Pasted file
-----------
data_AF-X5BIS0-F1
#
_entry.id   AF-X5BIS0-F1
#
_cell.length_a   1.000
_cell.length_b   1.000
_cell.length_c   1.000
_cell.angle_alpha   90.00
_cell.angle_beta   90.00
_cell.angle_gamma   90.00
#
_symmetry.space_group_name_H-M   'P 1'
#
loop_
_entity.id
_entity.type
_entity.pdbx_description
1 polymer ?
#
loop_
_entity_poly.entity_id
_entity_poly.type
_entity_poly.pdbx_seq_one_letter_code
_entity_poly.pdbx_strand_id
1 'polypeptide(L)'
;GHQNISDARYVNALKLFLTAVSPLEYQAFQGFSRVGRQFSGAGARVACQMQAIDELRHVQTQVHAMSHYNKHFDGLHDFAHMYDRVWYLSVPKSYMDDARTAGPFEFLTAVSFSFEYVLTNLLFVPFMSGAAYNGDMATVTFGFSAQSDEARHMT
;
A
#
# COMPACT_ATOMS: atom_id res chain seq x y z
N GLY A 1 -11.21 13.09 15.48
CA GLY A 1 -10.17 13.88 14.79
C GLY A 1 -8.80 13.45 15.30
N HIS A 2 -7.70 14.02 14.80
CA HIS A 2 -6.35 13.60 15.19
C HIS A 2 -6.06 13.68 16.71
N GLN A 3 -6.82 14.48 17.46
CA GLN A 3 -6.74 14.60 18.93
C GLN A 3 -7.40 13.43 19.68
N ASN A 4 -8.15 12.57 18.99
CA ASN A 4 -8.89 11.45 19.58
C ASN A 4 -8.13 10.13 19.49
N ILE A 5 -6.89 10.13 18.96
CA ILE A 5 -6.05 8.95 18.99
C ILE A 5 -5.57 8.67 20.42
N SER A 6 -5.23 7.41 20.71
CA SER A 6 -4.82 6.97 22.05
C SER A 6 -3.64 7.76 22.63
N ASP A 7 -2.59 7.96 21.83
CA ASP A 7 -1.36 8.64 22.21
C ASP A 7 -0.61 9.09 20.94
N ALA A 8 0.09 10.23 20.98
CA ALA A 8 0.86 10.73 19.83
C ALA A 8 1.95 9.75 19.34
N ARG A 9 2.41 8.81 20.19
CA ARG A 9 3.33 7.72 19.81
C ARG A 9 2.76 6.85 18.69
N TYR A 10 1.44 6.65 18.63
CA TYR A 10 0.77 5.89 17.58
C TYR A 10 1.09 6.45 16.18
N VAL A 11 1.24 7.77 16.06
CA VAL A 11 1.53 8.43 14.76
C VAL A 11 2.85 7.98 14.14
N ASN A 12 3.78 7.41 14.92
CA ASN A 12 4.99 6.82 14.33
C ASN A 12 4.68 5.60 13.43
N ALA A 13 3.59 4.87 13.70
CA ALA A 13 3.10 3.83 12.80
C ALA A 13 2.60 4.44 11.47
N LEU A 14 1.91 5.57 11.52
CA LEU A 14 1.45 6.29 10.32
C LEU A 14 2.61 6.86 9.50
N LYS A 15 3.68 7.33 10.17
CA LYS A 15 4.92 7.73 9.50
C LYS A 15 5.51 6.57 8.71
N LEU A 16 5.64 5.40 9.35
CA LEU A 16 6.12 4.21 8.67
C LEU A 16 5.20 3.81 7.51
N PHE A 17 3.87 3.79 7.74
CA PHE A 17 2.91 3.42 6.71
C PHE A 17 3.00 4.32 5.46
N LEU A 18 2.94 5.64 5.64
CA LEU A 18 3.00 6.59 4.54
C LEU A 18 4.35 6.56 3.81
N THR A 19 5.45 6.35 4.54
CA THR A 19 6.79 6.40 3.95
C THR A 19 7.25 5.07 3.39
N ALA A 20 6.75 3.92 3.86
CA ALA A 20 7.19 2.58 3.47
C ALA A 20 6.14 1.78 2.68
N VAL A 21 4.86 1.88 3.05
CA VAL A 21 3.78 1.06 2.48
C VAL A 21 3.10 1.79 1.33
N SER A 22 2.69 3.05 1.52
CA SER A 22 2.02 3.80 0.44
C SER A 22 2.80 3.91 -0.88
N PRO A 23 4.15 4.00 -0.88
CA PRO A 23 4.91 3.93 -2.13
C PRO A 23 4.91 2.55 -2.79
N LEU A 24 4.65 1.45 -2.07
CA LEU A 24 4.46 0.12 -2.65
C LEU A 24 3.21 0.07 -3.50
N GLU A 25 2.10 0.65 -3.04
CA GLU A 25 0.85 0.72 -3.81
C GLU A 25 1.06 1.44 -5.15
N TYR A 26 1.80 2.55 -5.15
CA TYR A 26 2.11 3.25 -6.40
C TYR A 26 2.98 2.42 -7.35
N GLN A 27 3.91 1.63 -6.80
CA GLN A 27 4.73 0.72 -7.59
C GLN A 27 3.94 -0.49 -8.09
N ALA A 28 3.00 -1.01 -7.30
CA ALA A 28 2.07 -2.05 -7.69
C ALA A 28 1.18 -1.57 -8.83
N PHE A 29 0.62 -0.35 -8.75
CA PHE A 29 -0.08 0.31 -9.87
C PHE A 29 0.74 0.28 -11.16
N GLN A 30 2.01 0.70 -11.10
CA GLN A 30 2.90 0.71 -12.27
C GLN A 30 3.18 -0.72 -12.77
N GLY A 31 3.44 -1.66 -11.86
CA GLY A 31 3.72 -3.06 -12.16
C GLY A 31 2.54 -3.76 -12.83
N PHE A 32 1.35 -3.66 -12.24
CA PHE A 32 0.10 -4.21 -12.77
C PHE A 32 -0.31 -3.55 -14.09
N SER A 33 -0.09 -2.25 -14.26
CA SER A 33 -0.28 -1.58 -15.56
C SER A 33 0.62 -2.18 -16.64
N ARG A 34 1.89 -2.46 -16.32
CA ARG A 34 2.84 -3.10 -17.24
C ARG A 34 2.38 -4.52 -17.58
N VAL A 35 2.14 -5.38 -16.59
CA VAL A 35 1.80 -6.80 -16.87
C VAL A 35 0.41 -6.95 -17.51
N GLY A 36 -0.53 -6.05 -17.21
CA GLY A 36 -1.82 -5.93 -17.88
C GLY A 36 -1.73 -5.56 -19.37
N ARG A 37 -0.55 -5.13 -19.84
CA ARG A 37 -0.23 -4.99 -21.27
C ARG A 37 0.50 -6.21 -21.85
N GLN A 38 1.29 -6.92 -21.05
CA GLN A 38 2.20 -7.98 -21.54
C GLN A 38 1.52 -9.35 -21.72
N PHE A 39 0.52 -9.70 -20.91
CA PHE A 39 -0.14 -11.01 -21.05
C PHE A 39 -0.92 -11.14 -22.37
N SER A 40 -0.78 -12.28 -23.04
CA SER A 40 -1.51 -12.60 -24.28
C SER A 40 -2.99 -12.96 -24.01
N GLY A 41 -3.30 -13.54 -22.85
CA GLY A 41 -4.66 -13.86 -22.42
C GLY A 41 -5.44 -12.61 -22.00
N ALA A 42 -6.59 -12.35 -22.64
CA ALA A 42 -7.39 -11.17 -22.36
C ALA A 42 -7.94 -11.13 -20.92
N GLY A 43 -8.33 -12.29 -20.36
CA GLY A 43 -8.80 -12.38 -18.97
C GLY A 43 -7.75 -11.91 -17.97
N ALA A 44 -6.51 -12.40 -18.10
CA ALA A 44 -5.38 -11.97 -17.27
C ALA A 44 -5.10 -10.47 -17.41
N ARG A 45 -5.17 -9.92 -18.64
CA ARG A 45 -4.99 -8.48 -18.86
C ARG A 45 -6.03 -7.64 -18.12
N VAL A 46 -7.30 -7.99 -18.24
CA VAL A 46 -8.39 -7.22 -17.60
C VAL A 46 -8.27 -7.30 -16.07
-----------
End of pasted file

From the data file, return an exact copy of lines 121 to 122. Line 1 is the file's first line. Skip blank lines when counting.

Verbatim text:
N GLY A 31 3.44 -1.66 -11.86
CA GLY A 31 3.72 -3.06 -12.16